Getting your (branded) house in order

Apple’s new flagship phone, the iPhoneX, is due for release and much speculation was written on many tech blogs about what it would be called and what it would look like. A very inquisitive person even found an updated icon in the developer software that got people as excited as it did worried. The end result was very much the same.

Apple made a big deal of this being the 10 (X) year anniversary of the iPhone and they were going to celebrate by doing something different, which they did, to an extent. My grievance isn’t with the phone and what it can or can’t do, it’s with Apple’s supposed ‘branded house’. I feel this 10 year anniversary was the perfect chance to get their (branded) house in order.

Even Google don’t get it completely right but they are certainly giving it a go. Consistency in naming and visual identity creates a level of professionalism and care that you know already exists in each of their products.

Its interesting to compare the two tech giants as they have both been ranked the most valuable global brands by Interbrand. Apple are still number 1, despite my perceived lack of care for their overall brand.

My suggestion will no doubt stir up some hate and the opinionated amongst you will say I’ve got it all wrong and that you can’t just throw away 10+ years of brand recognition on the whim of a blog post. And you may be right. But fuck it. Here it goes.

Drop the i.

There, I said it. Blasphemy in its purest form.

i originally meant ‘internet’ but these days all devices are internet connected and the only thing keeping it near any of Apple’s most popular products is brand recognition. I’d argue that Apple is big enough and powerful enough to ride out the storm of angry tweets and live to fight another day.


And iTunes? What are you? You’re home to my music, movies, tv shows, MUSIC and Beats 1 radio so you must be an entertainment centre. Your name suggests otherwise.



To put an analogy to it when my beloved Newcastle United were forced to change the name of our stadium from St James’ Park to The SportsDirect Arena there was uproar, and rightly so. You can’t wipe out 125 years of history on the whim of some scrupulous owner! But it happened (and subsequently changed back) and I’d argue that the next generation of fans would be calling it The SportsDirect Arena but the older fans would cling on to that iconic name until the day we die. This rationale also works for Marathon/Snickers, Opal Fruits/Starburst, BT Cellnet/O2 and so on and so on. At the end of the day people will call it whatever the fuck they want and guess what? Life goes on.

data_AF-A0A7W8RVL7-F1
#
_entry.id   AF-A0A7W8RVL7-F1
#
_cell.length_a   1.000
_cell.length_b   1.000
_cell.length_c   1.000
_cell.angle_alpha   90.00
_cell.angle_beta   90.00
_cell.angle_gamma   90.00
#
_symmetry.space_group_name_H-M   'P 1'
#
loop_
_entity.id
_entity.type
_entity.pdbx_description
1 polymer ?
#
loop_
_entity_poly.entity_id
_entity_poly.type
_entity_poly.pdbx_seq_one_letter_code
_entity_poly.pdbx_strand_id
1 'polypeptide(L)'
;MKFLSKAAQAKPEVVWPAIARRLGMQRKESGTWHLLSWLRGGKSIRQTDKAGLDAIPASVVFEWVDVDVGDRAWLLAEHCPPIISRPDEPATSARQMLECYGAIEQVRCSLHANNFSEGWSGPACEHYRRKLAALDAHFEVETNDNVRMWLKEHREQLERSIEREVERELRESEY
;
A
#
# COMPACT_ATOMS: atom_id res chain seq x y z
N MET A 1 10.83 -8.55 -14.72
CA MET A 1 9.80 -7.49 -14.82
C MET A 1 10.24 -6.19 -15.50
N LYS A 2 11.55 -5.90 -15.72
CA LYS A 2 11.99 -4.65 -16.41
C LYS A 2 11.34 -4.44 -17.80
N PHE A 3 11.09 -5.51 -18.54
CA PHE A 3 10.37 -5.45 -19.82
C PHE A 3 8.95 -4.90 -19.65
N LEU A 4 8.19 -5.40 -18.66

So if we drop the i, what do we call it? Simple, the Phone. Just like the Watch, TV, Music etc. You might as well restart the numbering for this version while we’re at it. So instead of iPhoneX it simply becomes Phone. Apple’s logo is the perfect symbol in what it represents. It is steeped in the company’s values and depending the side of the fence you are on invokes a certain passionate response. By using their logo Apple would reinforce ownership of the product and start to bring a little bit more consistency to their product line.

In addition to the  I would use San Francisco, Apple’s brand font that was created in-house, across all the products. San Francisco Bold and Light would be used to differentiate between product and model numbers/names.

A quick search through their site shows that there is no consistency in capitalisation on their product range. By making everything Title Case you begin to personify the friendly tone of voice that Apple uses and make sure that it’s not SHOUTY like WATCH or MUSIC.

This blog is purely based on the iPhone/Phone naming and I’m only scratching the surface visually. If we were to do this properly there would no doubt be months of research and focus groups, £££ and so much fucking red tape from numerous stakeholders that it’s not worth the hassle. I would bet my granny that people have sat round in Park and debated bringing their branded house in line. But they got 30 minutes deep into the debate realised what a shit show it is, gave up, microdosed on LSD  or had a blood transfusion.

Actually, while I’m in rant mode, Apple need to define what a ‘pod’ is. There are 3 products with pod in their name and they couldn’t be any different in aesthetics or function. The HomePod, AirPod and iPodTouch. A valid point raised in our studio was that a pod could be something plays music or makes sound? I’d imagine there was some kind of battle between the product teams (see Anchorman) in the middle of Park for the right to use pod but no one won. Sir Jony then awarded everyone with their participation medal and now pod means fuck all.

You know what? The model names for each product aren’t great. You’ve got Air, Mini, Pro, 8Plus, X, Series3 to name a few. Why not put some consistency across these too? How about three models for very product that has the need for it? PhoneAir, Phone, PhonePro – thats it.

And iTunes? What are you? You’re home to my music, movies, tv shows, MUSIC and Beats 1 radio so you must be an entertainment centre. Your name suggests otherwise.

A complete rebrand across their product range is needed (iMac, iPad, iOS, iPodTouch, iTunes I’m looking at you). But why stop there? Let’s rebrand Everything. ?

But I’m going off topic… The point of this blog is to highlight the OBVIOUS missed opportunity Apple had to rebrand their most popular product and set the wheels in motion to get their (branded) house in order. My opinions warrant a much more in depth conversation, possibly with Sir Jony and the Heirarchy. You know where we are!

Previous blog post